On Friday mornings, my neighbor and I have a standing date to walk down to our local farmers market together. Her one-year-old happily rides along in his stroller, munching on strawberries. Occasionally, though, like when I arrange to pick up a 25-pound box of canning tomatoes, we drive my friend’s minivan instead of walking.
This was one of those mornings.
A few blocks from my house, and hence, only a few blocks from the market, my friend suddenly stopped in mid-conversation, slowed down, and pointed. She had a “Wha–?” expression on her face. I looked over and saw a beat-up pickup truck, a really beat-up pickup, but nothing seemed out of the ordinary.
Oh, except for the smoke pouring out of the cab. I didn’t notice that at first. Or the full-on flames visible through the open peep window in the back of the cab.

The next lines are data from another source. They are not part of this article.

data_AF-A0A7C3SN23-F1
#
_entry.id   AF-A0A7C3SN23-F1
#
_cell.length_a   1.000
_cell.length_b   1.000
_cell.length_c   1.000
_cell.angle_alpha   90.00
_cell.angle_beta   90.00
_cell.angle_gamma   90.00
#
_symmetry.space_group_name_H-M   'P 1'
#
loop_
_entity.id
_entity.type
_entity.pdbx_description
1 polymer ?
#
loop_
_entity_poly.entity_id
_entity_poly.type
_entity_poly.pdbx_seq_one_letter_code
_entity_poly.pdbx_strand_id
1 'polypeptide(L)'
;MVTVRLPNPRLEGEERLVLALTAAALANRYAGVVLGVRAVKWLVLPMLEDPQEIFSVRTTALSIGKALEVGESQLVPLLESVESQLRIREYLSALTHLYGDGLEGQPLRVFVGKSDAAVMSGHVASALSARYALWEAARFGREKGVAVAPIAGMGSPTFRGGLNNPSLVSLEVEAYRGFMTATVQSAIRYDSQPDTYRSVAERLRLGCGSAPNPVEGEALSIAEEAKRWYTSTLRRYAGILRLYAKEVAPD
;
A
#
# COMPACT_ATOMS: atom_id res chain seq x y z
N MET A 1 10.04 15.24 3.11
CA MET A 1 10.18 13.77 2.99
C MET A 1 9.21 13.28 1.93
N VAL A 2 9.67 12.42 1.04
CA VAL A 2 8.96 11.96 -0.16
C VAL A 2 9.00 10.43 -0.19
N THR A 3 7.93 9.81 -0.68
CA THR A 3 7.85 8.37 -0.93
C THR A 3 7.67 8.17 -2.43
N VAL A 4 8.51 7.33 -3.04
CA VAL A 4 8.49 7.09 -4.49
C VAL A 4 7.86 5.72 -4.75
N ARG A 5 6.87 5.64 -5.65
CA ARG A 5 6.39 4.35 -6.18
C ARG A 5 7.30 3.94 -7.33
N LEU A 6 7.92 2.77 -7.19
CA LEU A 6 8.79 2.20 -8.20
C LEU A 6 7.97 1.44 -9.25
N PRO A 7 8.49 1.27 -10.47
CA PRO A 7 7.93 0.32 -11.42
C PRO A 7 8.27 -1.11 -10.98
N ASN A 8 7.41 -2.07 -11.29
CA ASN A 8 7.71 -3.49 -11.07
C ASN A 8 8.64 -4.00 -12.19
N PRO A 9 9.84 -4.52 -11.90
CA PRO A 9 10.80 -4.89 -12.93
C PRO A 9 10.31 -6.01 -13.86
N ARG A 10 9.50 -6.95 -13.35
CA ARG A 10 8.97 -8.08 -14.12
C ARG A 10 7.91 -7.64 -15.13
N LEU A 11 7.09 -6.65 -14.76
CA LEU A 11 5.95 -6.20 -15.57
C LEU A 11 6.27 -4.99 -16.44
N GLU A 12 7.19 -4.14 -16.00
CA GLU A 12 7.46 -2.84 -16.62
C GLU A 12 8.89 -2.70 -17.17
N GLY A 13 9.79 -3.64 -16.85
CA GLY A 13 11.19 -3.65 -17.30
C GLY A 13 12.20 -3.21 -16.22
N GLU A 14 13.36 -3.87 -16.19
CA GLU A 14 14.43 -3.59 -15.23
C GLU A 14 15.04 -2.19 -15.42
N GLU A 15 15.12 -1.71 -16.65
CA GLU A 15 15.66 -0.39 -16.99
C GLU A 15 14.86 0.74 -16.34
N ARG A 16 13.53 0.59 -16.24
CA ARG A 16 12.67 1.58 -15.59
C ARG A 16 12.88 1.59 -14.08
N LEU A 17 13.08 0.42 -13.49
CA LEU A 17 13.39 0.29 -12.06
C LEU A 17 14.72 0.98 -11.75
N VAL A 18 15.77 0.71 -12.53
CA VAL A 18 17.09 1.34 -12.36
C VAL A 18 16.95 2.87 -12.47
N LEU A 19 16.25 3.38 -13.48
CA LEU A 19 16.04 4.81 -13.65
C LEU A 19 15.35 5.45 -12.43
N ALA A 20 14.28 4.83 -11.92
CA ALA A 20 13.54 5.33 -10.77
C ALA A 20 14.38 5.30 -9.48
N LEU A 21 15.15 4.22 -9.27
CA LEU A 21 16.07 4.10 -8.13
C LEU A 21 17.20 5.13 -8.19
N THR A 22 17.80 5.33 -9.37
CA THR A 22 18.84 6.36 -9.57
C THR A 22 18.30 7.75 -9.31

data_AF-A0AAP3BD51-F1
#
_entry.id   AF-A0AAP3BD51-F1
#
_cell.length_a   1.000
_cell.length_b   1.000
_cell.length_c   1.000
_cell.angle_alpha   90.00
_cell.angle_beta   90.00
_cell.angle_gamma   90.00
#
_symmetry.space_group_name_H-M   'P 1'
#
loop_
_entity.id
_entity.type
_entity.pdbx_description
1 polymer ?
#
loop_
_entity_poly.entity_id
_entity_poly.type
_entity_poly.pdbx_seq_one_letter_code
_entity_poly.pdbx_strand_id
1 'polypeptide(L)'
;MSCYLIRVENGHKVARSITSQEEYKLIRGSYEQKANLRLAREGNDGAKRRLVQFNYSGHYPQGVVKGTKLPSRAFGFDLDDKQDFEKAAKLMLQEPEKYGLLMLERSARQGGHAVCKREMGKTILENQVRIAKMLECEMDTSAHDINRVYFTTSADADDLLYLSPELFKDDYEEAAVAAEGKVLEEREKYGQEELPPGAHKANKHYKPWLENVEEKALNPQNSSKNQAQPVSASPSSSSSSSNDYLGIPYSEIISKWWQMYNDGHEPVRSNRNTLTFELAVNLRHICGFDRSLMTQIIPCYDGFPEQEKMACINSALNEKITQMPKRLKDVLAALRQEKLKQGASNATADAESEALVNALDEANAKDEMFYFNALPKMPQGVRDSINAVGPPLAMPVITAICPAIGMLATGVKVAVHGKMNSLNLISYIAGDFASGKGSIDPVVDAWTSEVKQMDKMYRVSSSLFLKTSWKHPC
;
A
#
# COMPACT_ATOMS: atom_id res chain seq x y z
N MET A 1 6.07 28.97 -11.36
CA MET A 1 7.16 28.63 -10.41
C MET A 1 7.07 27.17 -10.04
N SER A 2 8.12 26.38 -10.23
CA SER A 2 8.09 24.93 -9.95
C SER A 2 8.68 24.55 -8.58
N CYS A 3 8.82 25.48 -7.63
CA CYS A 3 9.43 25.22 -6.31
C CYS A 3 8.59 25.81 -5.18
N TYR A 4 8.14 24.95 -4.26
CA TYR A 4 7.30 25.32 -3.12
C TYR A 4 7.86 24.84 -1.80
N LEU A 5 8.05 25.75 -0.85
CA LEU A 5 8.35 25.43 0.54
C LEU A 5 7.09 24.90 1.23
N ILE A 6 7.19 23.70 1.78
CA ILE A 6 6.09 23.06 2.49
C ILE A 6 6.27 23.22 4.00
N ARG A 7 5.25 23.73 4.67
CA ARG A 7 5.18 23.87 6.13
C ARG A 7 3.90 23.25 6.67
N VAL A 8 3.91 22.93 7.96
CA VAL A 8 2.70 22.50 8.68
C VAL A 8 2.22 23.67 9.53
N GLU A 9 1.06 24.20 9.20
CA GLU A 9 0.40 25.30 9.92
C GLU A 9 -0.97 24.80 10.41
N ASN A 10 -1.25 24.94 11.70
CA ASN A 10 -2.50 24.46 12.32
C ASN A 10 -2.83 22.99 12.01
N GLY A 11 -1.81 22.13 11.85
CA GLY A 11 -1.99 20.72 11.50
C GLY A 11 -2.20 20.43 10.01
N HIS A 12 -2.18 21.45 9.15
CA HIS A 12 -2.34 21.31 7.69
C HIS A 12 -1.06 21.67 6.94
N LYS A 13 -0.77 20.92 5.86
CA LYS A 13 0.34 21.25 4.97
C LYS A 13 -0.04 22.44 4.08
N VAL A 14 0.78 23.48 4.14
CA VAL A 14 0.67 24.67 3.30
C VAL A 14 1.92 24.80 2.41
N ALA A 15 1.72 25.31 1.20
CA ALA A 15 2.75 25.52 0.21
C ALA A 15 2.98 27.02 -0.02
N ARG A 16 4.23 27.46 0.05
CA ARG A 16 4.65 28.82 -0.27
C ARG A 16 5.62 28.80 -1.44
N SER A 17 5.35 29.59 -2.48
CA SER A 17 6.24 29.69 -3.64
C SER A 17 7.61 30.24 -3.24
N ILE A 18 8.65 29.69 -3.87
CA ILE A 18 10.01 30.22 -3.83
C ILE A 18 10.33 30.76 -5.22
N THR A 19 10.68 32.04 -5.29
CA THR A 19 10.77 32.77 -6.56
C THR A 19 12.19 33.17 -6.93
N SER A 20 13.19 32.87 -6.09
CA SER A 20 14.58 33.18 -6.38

Yes, a fire. In this person’s truck. At 7:30 in the morning. With nobody else around.
My friend pulled over and I ran over to the house to pound on the door. (Far be it from me to approach a vehicle that is quickly getting consumed in flames. I’ve seen movies. I know how these things go.) A startled fellow opened the door, and I gestured madly at him, nearly yelling: “YOUR TRUCK IS ON FIRE!”
How often does one get to say that?
He turned to holler at someone in the house, ran to the truck, and, I suppose realizing what a lost cause it was, phoned the fire department.
We, meanwhile, continued calmly down the road to the market. While stopped at a red light on Main Street, we heard the sirens and within moments a wailing fire truck. We patted ourselves on the back, confident that we had personally been responsible for saving the day.
Let me emphasize something though. The fire truck zoomed by us, for real, less than five minutes since the call had been made. I would say it was more like two minutes, but I don’t want you to think I am exaggerating. I’m not. It was fast. My town is small.
And that’s what I call yet another reason I’m glad I live in small community: not only do we tell our neighbors when their trucks are on fire, but our fire department is pretty darn efficient.